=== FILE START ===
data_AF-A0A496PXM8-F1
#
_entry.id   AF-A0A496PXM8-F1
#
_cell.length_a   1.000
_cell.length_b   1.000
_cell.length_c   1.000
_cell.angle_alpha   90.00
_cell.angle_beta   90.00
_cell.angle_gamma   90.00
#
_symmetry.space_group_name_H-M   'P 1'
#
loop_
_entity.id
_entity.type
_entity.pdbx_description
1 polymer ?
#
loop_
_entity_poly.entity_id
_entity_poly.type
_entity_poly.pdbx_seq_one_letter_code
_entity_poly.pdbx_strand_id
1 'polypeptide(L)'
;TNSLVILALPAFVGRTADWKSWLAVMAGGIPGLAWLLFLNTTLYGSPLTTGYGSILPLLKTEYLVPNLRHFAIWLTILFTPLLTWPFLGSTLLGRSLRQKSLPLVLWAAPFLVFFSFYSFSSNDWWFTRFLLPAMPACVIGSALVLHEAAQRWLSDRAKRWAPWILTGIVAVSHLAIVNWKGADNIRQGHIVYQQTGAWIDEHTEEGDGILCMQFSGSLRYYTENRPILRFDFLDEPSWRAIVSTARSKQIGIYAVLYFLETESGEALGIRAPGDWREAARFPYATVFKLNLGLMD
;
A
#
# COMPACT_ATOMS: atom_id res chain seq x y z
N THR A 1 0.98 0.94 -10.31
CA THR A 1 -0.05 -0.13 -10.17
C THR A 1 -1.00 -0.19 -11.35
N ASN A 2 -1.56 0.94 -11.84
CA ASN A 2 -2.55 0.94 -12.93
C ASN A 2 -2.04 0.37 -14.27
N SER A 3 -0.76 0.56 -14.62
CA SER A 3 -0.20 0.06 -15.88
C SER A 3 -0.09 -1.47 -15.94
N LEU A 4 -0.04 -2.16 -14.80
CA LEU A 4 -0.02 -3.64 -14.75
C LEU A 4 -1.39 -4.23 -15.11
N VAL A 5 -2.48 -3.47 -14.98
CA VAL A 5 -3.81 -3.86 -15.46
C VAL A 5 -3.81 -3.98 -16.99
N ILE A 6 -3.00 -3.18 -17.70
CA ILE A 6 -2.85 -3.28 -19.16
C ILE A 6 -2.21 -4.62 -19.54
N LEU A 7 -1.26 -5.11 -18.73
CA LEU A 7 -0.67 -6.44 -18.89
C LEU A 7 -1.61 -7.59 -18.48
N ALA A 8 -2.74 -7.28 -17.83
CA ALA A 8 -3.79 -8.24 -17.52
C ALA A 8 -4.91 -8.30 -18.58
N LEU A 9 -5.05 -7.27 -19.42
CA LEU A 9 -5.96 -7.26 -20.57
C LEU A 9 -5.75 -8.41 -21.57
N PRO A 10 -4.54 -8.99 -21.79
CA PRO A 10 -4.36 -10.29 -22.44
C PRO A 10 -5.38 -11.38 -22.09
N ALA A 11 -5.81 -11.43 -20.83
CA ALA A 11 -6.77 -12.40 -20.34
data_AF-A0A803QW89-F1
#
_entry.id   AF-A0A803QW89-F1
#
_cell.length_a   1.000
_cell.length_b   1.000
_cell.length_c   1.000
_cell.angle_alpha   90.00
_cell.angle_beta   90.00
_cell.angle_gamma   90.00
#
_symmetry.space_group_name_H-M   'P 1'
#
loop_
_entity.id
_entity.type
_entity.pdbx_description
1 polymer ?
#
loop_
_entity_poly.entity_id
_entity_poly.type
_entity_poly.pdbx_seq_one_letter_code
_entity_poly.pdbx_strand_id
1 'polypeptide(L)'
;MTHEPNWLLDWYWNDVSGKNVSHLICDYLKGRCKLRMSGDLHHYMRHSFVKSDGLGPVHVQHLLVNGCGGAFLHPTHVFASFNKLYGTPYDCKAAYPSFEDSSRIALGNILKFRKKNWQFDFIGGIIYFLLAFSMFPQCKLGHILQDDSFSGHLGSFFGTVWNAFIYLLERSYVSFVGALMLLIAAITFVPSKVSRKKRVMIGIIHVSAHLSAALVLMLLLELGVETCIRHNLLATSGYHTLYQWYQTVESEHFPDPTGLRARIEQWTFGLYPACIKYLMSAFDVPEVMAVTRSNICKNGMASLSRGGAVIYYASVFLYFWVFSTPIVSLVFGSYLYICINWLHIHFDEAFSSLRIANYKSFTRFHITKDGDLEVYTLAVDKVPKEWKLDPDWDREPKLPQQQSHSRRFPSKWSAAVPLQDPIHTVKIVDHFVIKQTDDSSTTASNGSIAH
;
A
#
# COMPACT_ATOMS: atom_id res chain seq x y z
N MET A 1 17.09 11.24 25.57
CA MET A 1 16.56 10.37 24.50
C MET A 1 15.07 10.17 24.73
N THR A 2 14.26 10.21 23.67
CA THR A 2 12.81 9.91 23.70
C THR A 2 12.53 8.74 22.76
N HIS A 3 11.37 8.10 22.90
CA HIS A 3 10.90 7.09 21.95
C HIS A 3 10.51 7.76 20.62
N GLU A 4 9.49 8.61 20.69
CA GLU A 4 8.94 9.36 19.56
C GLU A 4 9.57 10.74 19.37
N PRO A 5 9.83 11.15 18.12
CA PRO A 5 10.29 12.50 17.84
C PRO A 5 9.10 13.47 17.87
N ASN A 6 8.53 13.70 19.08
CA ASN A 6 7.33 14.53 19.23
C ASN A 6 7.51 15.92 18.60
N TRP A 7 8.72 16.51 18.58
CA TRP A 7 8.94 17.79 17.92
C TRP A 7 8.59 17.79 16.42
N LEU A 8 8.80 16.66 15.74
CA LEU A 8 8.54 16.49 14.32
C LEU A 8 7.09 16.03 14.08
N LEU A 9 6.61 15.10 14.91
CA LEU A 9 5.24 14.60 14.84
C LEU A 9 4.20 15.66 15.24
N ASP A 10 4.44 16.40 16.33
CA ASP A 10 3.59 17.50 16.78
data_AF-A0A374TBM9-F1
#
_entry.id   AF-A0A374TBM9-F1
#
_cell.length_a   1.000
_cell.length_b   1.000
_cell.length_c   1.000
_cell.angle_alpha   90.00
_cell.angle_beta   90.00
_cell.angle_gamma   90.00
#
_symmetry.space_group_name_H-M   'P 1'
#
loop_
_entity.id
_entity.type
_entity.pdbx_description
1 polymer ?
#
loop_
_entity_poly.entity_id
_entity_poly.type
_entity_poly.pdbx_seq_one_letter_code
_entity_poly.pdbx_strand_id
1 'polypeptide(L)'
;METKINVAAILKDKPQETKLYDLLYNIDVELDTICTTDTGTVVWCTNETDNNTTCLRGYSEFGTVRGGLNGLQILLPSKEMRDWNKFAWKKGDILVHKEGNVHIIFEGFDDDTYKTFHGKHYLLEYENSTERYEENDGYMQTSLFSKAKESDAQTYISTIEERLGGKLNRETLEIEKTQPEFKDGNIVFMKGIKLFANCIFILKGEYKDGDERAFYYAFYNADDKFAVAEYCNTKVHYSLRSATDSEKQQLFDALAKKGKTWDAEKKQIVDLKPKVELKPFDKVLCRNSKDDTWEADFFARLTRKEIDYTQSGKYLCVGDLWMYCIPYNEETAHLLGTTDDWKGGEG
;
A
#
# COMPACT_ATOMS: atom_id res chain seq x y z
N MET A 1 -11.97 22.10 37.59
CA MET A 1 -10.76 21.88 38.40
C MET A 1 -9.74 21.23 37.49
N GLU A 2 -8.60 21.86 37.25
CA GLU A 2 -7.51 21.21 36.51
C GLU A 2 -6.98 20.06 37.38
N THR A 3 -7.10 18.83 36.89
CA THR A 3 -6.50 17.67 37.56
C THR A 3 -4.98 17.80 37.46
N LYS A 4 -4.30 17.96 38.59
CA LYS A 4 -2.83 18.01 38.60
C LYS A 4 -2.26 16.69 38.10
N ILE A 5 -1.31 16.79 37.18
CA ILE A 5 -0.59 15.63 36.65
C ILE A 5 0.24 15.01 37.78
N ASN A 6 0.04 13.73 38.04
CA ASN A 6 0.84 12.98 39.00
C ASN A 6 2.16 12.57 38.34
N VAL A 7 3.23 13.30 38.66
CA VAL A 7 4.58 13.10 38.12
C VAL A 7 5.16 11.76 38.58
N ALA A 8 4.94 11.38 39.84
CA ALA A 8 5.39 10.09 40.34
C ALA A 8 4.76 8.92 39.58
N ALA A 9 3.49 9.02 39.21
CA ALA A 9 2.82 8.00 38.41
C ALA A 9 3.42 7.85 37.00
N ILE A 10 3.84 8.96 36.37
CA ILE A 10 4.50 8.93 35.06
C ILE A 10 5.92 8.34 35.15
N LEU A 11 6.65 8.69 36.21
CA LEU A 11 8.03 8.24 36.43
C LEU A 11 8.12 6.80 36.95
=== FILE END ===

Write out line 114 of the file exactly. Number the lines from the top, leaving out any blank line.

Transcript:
N LEU A 8 8.80 16.66 15.74